The Gas War Has Retreated, but the Most Interesting Thing Is Yet to Come

As usual, the range of interpretations of gas agreements is wide and full of water. Most of them have hidden recognition of groundlessness, because even a simple reading of the document requires above average schooling.

Here is this document, where it is written in black and almost white that the parties agreed on such and such conditions:

All talk about a Ukrainian victory or a Russian victory should be left to politicians for domestic consumption, although, to be fair, it is worth noting: Ukrainian functionaries immediately claimed it is a victory for Ukraine. This sounded against the background of the absence of fanfare in Russia, which, in the face of the most difficult negotiations, would be extremely inappropriate.


Because Gazprom is Gazprom, not Russia. Confusion in concepts is a very characteristic phenomenon for immature structures and individuals on both sides. So talk of Russia allegedly forgiving Ukraine $3 billion in credit has nothing to do with the topic at all. There is no word in the document about this, which is natural, because, I will repeat: Russia is not Gazprom.

However, the Naftogaz fanfare coming from Vitrenko’s mouth is also understandable on the other hand: the board (8 people) will not have to return millions of dollars already distributed to their pockets as part of the prize according to the results of the Stockholm Arbitration. Moreover, now, if Gazprom pays the claim amount, the premium will increase significantly.

As for the amount Gazprom has pledged to pay – about $3 billion – it is less than 1% of the assets of the Russian gas giant (not to be confused with capitalisation). Few will notice this drop in the ocean. And for Naftogaz? In the absence of up-to-date information about the assets of this structure, I believe that the figure is comparable to all assets, especially since, according to the current reform, the Ukrainian gas transit system, the market value of which is no more than $1.5 billion (according to the Chairman of the Board Kobolev), leaves from under Naftogaz in general.

Conclusion: tactically Naftogaz and its board benefited from a contract with Gazprom. Strategically, as it seems, Gazprom at least did not lose, firstly, significantly reducing the term of the contract and the volume of pumping on the gas transit system of Ukraine, taking into account the forthcoming and inevitable implementation of “Nord Stream-2” and, secondly, leaving itself the right to disagree with transit tariffs, which remain the subject of negotiations:

Point 2.2.3 The organising company [Naftogaz] will contact LLC “Operator of gas transit system of Ukraine” for the reservation of capacities of the gas transit system of Ukraine…

  • Provided that at the time of reservation by NCSREPU [National Commission for State Regulation of Energy and Public Utilities] a competitive tariff recognised by the Organising Company and corresponding to the level of gas transportation tariffs applied in the countries of western and central Europe will be established.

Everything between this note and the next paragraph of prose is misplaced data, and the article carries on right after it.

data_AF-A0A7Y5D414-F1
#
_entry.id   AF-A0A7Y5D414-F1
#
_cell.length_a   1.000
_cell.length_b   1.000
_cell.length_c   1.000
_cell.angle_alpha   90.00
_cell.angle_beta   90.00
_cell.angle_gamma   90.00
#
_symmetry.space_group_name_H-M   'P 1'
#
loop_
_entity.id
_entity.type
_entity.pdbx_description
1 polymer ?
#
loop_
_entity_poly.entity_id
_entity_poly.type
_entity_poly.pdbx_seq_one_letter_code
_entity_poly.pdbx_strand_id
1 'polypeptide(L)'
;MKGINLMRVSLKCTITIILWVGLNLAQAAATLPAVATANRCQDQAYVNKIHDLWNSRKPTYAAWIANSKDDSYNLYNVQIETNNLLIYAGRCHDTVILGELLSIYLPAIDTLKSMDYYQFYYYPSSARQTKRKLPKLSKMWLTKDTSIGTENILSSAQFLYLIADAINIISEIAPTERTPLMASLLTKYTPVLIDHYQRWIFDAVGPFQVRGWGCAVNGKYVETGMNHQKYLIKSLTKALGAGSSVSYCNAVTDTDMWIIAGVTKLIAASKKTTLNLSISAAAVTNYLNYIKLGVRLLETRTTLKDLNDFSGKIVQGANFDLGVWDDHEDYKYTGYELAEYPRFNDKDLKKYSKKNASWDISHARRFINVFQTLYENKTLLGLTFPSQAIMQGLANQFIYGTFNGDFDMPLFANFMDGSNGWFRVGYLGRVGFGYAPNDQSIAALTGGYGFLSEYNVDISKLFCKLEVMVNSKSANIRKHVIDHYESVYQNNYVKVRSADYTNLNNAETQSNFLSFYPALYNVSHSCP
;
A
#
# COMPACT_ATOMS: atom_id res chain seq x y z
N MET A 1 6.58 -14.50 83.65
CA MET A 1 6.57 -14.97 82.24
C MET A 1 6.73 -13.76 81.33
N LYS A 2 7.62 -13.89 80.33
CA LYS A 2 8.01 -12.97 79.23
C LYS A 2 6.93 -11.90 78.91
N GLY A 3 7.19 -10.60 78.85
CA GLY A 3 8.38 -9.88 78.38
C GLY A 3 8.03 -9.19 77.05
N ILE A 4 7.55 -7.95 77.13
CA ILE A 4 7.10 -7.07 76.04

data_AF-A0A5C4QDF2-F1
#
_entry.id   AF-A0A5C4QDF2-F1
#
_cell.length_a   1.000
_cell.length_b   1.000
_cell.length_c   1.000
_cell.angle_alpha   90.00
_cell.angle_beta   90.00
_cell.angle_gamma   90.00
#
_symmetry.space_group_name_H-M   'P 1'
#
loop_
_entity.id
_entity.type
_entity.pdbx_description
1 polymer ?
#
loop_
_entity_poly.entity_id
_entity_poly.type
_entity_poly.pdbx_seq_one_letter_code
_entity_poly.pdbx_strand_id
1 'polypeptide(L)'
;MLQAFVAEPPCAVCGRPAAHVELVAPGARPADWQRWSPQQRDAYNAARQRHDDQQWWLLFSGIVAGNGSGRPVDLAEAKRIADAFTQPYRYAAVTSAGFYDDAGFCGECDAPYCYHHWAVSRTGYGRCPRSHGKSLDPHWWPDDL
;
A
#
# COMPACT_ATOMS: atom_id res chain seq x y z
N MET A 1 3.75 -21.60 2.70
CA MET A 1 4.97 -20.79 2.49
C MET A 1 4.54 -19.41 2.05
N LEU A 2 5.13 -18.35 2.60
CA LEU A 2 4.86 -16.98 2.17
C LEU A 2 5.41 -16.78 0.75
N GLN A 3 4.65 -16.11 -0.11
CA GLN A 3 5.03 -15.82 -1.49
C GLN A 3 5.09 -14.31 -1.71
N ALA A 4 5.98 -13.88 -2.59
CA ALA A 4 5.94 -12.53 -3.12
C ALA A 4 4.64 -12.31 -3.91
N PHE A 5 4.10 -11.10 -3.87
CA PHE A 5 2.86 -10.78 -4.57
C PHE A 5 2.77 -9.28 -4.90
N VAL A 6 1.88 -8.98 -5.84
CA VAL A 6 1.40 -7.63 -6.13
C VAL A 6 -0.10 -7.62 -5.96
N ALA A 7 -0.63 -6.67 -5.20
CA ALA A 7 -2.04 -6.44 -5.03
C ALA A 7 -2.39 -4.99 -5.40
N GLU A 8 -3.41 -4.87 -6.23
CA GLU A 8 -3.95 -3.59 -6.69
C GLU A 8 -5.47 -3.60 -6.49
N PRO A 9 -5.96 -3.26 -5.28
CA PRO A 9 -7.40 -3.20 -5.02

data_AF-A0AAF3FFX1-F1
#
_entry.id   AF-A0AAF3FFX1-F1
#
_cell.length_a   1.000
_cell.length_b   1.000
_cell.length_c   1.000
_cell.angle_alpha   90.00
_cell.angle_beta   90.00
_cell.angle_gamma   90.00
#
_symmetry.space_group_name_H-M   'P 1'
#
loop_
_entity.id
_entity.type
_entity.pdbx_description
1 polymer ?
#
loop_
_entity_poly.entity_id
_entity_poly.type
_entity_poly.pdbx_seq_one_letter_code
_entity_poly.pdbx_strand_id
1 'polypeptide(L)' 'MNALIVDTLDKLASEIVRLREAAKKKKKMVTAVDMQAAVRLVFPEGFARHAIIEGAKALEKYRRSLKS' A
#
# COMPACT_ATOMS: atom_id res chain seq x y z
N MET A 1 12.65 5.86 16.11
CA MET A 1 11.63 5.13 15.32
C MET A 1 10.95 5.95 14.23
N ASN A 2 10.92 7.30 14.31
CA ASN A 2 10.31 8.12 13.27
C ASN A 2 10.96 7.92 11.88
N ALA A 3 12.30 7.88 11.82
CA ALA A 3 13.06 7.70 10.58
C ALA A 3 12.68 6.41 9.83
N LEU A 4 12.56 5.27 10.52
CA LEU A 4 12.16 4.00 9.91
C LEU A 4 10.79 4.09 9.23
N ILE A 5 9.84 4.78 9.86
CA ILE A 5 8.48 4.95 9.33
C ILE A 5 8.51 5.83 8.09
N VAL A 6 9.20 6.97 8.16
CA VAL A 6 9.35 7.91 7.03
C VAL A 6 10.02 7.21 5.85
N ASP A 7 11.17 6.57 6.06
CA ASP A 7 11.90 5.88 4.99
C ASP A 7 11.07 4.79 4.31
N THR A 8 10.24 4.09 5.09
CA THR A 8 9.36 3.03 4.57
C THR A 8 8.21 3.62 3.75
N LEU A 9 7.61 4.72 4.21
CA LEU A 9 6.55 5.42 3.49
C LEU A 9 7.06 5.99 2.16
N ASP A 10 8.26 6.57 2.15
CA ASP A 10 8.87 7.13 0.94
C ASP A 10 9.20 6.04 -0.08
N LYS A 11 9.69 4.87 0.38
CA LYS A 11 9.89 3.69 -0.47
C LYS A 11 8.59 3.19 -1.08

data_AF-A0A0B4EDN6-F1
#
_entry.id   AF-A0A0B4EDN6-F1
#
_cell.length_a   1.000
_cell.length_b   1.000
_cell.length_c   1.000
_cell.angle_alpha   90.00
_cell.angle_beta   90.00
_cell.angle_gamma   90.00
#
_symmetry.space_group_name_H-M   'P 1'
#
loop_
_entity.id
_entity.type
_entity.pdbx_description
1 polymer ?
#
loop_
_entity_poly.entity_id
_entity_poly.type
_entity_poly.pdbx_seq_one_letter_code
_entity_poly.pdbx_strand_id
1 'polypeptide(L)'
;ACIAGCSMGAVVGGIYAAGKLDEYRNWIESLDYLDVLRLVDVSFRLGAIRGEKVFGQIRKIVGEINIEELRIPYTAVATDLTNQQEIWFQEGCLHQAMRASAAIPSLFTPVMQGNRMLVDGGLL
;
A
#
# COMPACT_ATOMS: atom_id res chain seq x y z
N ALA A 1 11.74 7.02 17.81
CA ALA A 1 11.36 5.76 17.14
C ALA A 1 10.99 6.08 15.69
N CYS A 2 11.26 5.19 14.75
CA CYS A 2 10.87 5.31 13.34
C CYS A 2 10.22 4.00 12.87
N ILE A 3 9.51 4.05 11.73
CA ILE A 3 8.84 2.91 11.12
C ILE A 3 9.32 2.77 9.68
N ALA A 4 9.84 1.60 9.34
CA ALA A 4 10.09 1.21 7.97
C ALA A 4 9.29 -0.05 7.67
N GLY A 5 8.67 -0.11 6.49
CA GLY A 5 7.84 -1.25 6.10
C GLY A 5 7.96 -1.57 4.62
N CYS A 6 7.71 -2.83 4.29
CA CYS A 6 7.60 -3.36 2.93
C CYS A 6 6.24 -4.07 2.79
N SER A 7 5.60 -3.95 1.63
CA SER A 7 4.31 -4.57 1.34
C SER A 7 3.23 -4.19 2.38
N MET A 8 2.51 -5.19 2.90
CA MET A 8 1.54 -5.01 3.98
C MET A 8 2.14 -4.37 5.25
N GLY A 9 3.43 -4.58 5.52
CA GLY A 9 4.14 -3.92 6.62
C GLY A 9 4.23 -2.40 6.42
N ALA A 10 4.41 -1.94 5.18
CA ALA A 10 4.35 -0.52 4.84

Point 3.2 The Ukrainian side will take all necessary measures (create all necessary conditions) by 29.12.19:

  • for… ensuring reliable legal protection of the interests of the client of services [Gazprom] on transit, predictability, transparency, economic validity, and stability of tariff formation;

What went on behind the scenes went almost unnoticed:

1. Ukraine’s demand for imported gas, which is still falling due to the decline in production capacity, will be covered from the volumes approved by the agreement (65 billion m3 in 2020 and 40 billion m3 in the following 4 years). The volume of imports according to various estimates remains at about 20 billion m3 per year. Tariffs will not be applied on all the Russian gas that Ukraine will consume from pumping on the gas transit system and will be implemented on the territory of Ukraine at its own expense. The volume subject to a transit tariff will be determined by the difference between the entrance to the Ukrainian gas transit system and the exit to Europe.

2. All preliminary talk about gas discounts for Ukraine was not included in the agreement. Thus, the price of gas remains the subject of bargaining and is inevitably dependent on the transit tariff: the higher the price of transit – the higher the price of gas and, accordingly, vice versa.

3. In fact, the issue of direct gas supplies to Ukraine is not worth discussing at all. I.e., in the event of a non-agreement on the price, all gas will come to Europe, Ukraine will earn from transit, but these earnings will be offset by the increased price of gas on the reverse. Thus, even in the event of pumping all gas to Europe, earnings from transit, according to experts, will not even cover the cost of servicing the Ukrainian gas transit system.

Lastly, Gazprom – which is not Russia, but behind whose back Russia certainly stands, and was opposed by both Ukraine and the European Union, represented by the European Commission, as well as the United States with its global interests – managed, at a minimum, to minimise its tactical losses and preserve strategic Russian interests.

The gas war appears to have retreated, but the most interesting thing is yet to come.

Aleksandr Dubrovsky

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